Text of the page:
Cathy McBroom was sexually assaulted by U. S. District Judge Samuel Kent in Galveston and was sexually harrassed by him numerous times, as was his long-time secretary Donna Wilkerson. Because of the power that he had to blackball her throughout the system so she could never get another job working for another judge she was warned off. Even when she went to her supervisor to report the incident of near-rape, she was cautioned that very little would happen to Kent but repercussions could be severe for McBroom.
It’s no wonder then that it took so long for Cathy McBroom to finally speak out.
Business, government, the military, the judicial system, and even our society has been controlled by white men in power for so long that women, and people of color, have had to struggle against great odds to break that grip of power. And, sadly, the grip barely has a crack in too many areas where men rule with intimidation, harassment, and outright threats.
This well documented look at the judicial system, and the ways it has dealt with complaints of sexual harassment, or not dealt with it, isn’t an easy read, but it’s an important one. It helps the reader understand how this system of protecting judges has been established and perhaps offers a glimmer of hope that those protections will be taken away sometime in the near future. Code of Silence also celebrates the courage and determination of Cathy McBroom. One woman who decided speaking out was worth the risk of losing her job and never being able to work as a case manager for another judge. Her brave step inspired other women to also take that risk and report their toxic workplaces.
I can’t say that I always enjoyed reading this book. What these women endured, and the way the judges tried to “excuse” the behavior, made me want to scream.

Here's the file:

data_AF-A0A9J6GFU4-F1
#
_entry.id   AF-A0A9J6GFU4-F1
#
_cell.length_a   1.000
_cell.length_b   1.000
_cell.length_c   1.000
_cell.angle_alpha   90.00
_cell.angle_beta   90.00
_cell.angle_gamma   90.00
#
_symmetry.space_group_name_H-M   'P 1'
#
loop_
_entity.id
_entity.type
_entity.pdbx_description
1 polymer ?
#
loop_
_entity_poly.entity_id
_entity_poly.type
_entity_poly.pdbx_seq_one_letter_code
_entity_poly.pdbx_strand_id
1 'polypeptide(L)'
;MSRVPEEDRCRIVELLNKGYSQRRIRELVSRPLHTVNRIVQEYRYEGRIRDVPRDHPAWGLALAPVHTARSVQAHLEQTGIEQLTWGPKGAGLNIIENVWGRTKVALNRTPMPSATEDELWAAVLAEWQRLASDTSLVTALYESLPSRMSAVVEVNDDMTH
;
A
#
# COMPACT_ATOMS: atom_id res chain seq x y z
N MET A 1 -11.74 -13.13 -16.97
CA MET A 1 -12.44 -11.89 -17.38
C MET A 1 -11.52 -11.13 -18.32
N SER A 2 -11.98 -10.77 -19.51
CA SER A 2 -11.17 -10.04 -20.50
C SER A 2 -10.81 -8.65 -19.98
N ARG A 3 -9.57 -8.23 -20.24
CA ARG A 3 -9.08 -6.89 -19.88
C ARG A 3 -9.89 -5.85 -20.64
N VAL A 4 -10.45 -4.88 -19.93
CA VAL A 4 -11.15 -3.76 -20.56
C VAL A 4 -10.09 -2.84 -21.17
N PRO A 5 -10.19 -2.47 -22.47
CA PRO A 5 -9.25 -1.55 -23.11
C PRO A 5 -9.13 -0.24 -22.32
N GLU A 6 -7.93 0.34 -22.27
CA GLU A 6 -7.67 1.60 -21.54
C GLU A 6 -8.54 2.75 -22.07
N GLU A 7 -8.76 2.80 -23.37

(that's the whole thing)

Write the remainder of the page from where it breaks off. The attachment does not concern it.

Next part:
However, I can say that I’m glad Ms. Olsen brought this topic to light. This is a book that everyone needs to read to be aware of what goes on behind “the black robe” and take whatever action they can change the way the judicial system polices itself. Or fails to police itself.
Lise Olsen is a Texas-based investigative reporter and author who has uncovered many twisted tales, including crooked judges, an unjust execution, massive environmental disasters, myriad cases of corruption, and unsolved serial killings. Her reporting has contributed to the prosecutions of a former congressman and a federal judge, inspired laws and reforms, helped solve cold cases, restored names to unidentified murder victims, and freed dozens of wrongfully-held prisoners. Her work is featured in CNN’s “The Wrong Man” (2015) about the innocence claims of executed offender Ruben Cantu and the six-part A&E series on the victims of a 1970s serial killer, “The Eleven”, (2017). CODE OF SILENCE is her first book – the paperback from BEACON PRESS is out this month. She is at work on a second book: the SCIENTIST AND THE SERIAL KILLER.
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GIVEAWAY! GIVEAWAY! GIVEAWAY!
THREE WINNERS: Autographed copies of Code of Silence
(US only; ends midnight, CDT, 8/13/22.)
CLICK TO VISIT THE LONE STAR LITERARY LIFE TOUR PAGE FOR DIRECT LINKS TO EACH POST ON THIS TOUR, UPDATED DAILY, OR VISIT THE PARTICIPATING BLOGS DIRECTLY:
|8/3/22||Guest Post||Hall Ways Blog|
|8/4/22||Review||That’s What She’s Reading|
|8/4/22||BONUS Promo||LSBBT Blog|
|8/5/22||Top Ten List||Chapter Break Book Blog|
|8/7/22||Excerpt||All the Ups and Downs|
|8/8/22||Excerpt||Boys’ Mom Reads|
|8/9/22||Review||It’s Not All Gravy|
|8/10/22||Author Interview||The Clueless Gent|
|8/11/22||Review||The Plain-Spoken Pen|
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2 thoughts on “BookTour: Code of Silence”
Great review of what sounds like an important book to read, even with it being such a difficult & infuriating topic. Thanks for sharing.
I’d be lying if I said it was a pleasure, but I really am happy to share in the promo for this book. I do hope it gets a lot of readers, especially readers who can make a positive impact on the problem.